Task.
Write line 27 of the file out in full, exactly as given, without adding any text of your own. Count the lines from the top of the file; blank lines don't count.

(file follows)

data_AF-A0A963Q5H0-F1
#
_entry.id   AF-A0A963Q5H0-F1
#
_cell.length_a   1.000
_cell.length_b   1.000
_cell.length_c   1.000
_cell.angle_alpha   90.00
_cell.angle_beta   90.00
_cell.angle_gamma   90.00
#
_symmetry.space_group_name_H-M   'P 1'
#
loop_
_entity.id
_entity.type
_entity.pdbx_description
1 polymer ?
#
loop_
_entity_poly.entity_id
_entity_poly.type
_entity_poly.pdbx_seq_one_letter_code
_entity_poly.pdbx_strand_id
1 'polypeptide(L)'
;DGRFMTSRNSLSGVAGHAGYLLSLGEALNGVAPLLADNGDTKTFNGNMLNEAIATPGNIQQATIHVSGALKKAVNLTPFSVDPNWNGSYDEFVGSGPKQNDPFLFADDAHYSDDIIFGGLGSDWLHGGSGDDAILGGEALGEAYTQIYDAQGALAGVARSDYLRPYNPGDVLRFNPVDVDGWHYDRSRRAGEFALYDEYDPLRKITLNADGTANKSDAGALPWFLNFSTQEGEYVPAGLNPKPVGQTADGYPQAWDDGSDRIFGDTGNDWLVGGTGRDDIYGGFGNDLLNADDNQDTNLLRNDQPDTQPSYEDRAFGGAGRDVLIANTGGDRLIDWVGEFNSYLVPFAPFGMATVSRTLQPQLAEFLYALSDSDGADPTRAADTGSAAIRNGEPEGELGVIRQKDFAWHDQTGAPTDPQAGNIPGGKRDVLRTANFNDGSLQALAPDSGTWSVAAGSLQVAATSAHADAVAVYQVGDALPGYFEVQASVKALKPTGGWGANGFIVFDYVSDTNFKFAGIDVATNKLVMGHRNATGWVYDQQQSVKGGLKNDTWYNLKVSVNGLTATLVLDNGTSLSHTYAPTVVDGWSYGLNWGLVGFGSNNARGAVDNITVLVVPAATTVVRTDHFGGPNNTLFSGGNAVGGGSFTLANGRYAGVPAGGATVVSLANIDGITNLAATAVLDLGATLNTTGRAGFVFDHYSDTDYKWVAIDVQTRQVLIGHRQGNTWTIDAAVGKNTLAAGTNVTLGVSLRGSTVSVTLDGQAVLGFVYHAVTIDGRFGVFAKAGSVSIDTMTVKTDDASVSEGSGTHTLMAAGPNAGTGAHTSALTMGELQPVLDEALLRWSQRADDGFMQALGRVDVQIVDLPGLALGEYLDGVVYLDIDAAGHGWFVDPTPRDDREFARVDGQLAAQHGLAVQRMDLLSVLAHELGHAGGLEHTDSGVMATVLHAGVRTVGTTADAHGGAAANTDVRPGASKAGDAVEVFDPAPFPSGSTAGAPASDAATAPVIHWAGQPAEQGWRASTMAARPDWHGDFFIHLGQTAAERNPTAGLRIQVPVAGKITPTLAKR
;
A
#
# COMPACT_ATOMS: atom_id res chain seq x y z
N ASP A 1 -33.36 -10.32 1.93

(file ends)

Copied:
;